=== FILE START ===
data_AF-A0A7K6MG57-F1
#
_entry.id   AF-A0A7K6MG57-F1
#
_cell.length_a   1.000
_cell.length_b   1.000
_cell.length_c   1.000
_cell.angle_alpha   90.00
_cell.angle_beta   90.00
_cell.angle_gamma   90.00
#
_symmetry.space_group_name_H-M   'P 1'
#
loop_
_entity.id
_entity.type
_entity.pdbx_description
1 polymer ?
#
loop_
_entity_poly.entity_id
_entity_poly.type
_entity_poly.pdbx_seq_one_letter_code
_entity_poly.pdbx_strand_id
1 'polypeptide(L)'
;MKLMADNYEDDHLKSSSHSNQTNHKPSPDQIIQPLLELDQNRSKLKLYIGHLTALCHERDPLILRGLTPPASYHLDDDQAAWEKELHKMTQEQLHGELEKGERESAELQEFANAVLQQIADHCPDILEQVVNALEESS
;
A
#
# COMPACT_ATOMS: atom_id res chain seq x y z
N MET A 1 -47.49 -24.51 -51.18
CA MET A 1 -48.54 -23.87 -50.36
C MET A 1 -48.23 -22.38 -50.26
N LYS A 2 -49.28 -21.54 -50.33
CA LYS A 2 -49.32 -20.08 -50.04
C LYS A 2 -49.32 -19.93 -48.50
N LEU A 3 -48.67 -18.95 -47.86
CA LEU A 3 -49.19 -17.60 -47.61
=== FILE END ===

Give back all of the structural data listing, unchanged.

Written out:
data_AF-A0A7K6MG57-F1
#
_entry.id   AF-A0A7K6MG57-F1
#
_cell.length_a   1.000
_cell.length_b   1.000
_cell.length_c   1.000
_cell.angle_alpha   90.00
_cell.angle_beta   90.00
_cell.angle_gamma   90.00
#
_symmetry.space_group_name_H-M   'P 1'
#
loop_
_entity.id
_entity.type
_entity.pdbx_description
1 polymer ?
#
loop_
_entity_poly.entity_id
_entity_poly.type
_entity_poly.pdbx_seq_one_letter_code
_entity_poly.pdbx_strand_id
1 'polypeptide(L)'
;MKLMADNYEDDHLKSSSHSNQTNHKPSPDQIIQPLLELDQNRSKLKLYIGHLTALCHERDPLILRGLTPPASYHLDDDQAAWEKELHKMTQEQLHGELEKGERESAELQEFANAVLQQIADHCPDILEQVVNALEESS
;
A
#
# COMPACT_ATOMS: atom_id res chain seq x y z
N MET A 1 -47.49 -24.51 -51.18
CA MET A 1 -48.54 -23.87 -50.36
C MET A 1 -48.23 -22.38 -50.26
N LYS A 2 -49.28 -21.54 -50.33
CA LYS A 2 -49.32 -20.08 -50.04
C LYS A 2 -49.32 -19.93 -48.50
N LEU A 3 -48.67 -18.95 -47.86
CA LEU A 3 -49.19 -17.60 -47.61